The electrons that power Diamond are first fired from an electron ‘gun’, which works like the cathode ray tubes in old TV sets. Diamond accelerate theses electrons to 3 Giga Electron Volts (GeV), which is the same as moving them between the terminals of a giant 3,000 million volt battery.
The electrons travel at nearly the speed of light. They could travel around the world 7.5 times in one second and it would take them just over 8 minutes to travel to the Sun.
When the path of the electron beam is bent by Diamond’s powerful magnets, the electrons produce very intense X-rays, ultra-violet and infra-red light.
Using special magnets called Insertion Devices, we can tune the frequency and focus these beams further, to generate light up to 100 billion times brighter than the Sun.
- During construction over 2 million man-hours (or 1,100 ‘man-years’) were worked by the construction team.
- Over 2,100 tons of steel were used, equal to around 300 London buses and more than the London Eye (1,600 tons of steel).
- Over 35,000 m3 of concrete were poured, equal to 93 swimming pools.
- Diamond’s roof area is 33,000 m2, large enough for a Boeing 747 to drive around the inside of the building.
- Diamond’s floor area is 45,000 m2, almost 8 St Paul’s Cathedrals.
The UK made a huge contribution to international synchrotron light when, in 1981, we built the world’s first dedicated synchrotron, the Synchrotron Radiation Source (SRS) at the STFC Daresbury Laboratory in Cheshire. In 1993 a report was commissioned by Prof Woolfson to assess the needs of the academic community. It was this report that identified the need for a new and improved UK based machine to supersede the SRS. The research and development programme began and then in 2002 Diamond Light Source Ltd was established – a 10 year dream for a new world-class synchrotron started to become a reality.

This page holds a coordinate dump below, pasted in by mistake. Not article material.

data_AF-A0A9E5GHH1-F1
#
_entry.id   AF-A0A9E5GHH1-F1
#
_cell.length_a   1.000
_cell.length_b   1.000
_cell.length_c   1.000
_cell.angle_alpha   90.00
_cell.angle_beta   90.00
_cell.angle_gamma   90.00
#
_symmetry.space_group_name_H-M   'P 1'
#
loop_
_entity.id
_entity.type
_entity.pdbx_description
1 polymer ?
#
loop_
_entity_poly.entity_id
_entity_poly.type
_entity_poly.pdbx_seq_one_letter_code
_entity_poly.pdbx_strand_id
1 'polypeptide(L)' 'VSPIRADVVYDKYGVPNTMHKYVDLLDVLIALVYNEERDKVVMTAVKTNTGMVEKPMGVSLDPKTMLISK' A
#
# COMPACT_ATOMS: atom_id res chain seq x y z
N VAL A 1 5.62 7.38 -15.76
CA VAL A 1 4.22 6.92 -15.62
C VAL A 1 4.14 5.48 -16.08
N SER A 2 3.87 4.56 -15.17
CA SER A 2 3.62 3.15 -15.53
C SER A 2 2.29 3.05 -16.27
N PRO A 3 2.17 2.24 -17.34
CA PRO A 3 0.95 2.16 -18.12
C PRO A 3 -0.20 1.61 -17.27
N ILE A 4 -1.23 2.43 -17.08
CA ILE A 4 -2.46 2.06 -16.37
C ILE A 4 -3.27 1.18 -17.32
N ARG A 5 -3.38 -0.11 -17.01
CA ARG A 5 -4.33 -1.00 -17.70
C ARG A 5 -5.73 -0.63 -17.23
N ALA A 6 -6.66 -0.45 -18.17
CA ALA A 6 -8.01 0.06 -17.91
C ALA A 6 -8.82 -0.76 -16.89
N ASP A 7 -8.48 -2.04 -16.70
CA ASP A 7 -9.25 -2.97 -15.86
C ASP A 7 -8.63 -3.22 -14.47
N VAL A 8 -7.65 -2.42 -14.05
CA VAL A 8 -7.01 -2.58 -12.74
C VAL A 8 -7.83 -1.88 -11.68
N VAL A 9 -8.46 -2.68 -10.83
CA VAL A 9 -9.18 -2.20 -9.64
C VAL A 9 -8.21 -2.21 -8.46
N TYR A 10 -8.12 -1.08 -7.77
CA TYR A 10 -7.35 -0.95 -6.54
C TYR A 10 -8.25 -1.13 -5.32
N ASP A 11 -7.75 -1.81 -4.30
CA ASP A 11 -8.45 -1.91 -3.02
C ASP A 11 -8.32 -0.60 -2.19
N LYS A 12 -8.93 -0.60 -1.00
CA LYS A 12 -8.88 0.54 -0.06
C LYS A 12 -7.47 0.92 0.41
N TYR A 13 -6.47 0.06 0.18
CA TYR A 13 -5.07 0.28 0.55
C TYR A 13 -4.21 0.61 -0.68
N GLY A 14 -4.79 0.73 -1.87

Construction of this new scientific facility began in early 2003 and Diamond became operational on schedule in early 2007. The Company is a Joint Venture funded by the UK Government through STFC (86%) and the Wellcome Trust (14%). Phase I investment of £250 million includes Diamond’s buildings and the first seven experimental stations or beamlines. Phase II funding of £120 million for a further 15 beamlines was confirmed in October 2004. The facility represents the largest UK scientific investment for 40 years and can ultimately host up to 40 beamlines.